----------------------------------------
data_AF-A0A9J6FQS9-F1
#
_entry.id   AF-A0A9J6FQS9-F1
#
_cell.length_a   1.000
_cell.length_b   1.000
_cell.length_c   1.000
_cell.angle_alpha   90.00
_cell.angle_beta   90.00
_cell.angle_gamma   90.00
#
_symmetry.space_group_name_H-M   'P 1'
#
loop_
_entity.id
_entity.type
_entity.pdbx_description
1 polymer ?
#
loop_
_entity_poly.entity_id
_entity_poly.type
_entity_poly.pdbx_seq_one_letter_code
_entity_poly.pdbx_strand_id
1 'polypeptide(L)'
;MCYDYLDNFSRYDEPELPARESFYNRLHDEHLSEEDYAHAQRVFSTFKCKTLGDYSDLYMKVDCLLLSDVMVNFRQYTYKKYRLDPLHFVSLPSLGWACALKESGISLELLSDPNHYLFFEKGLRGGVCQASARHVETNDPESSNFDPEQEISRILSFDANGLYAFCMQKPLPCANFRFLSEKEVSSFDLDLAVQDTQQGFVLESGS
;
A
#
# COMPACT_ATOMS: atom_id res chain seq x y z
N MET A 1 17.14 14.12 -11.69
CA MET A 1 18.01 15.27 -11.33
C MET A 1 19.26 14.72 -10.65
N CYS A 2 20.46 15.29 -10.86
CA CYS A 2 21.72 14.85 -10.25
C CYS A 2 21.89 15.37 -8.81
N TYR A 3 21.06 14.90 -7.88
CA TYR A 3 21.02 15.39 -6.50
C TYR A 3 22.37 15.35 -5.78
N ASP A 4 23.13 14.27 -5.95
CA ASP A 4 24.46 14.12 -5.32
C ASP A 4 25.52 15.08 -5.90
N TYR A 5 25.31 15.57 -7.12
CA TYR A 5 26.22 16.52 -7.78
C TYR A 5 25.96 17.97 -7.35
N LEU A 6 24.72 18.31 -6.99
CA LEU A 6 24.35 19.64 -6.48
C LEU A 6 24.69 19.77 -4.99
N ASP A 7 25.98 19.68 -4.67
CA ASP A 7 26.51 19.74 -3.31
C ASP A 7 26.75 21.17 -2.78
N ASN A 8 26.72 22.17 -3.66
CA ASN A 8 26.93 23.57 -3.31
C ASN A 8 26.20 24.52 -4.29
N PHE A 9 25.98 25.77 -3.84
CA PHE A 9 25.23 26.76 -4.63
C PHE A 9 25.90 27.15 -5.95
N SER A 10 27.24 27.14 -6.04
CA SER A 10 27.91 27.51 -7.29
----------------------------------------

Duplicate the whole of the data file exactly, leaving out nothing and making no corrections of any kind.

data_AF-A0A9J6FQS9-F1
#
_entry.id   AF-A0A9J6FQS9-F1
#
_cell.length_a   1.000
_cell.length_b   1.000
_cell.length_c   1.000
_cell.angle_alpha   90.00
_cell.angle_beta   90.00
_cell.angle_gamma   90.00
#
_symmetry.space_group_name_H-M   'P 1'
#
loop_
_entity.id
_entity.type
_entity.pdbx_description
1 polymer ?
#
loop_
_entity_poly.entity_id
_entity_poly.type
_entity_poly.pdbx_seq_one_letter_code
_entity_poly.pdbx_strand_id
1 'polypeptide(L)'
;MCYDYLDNFSRYDEPELPARESFYNRLHDEHLSEEDYAHAQRVFSTFKCKTLGDYSDLYMKVDCLLLSDVMVNFRQYTYKKYRLDPLHFVSLPSLGWACALKESGISLELLSDPNHYLFFEKGLRGGVCQASARHVETNDPESSNFDPEQEISRILSFDANGLYAFCMQKPLPCANFRFLSEKEVSSFDLDLAVQDTQQGFVLESGS
;
A
#
# COMPACT_ATOMS: atom_id res chain seq x y z
N MET A 1 17.14 14.12 -11.69
CA MET A 1 18.01 15.27 -11.33
C MET A 1 19.26 14.72 -10.65
N CYS A 2 20.46 15.29 -10.86
CA CYS A 2 21.72 14.85 -10.25
C CYS A 2 21.89 15.37 -8.81
N TYR A 3 21.06 14.90 -7.88
CA TYR A 3 21.02 15.39 -6.50
C TYR A 3 22.37 15.35 -5.78
N ASP A 4 23.13 14.27 -5.95
CA ASP A 4 24.46 14.12 -5.32
C ASP A 4 25.52 15.08 -5.90
N TYR A 5 25.31 15.57 -7.12
CA TYR A 5 26.22 16.52 -7.78
C TYR A 5 25.96 17.97 -7.35
N LEU A 6 24.72 18.31 -6.99
CA LEU A 6 24.35 19.64 -6.48
C LEU A 6 24.69 19.77 -4.99
N ASP A 7 25.98 19.68 -4.67
CA ASP A 7 26.51 19.74 -3.31
C ASP A 7 26.75 21.17 -2.78
N ASN A 8 26.72 22.17 -3.66
CA ASN A 8 26.93 23.57 -3.31
C ASN A 8 26.20 24.52 -4.29
N PHE A 9 25.98 25.77 -3.84
CA PHE A 9 25.23 26.76 -4.63
C PHE A 9 25.90 27.15 -5.95
N SER A 10 27.24 27.14 -6.04
CA SER A 10 27.91 27.51 -7.29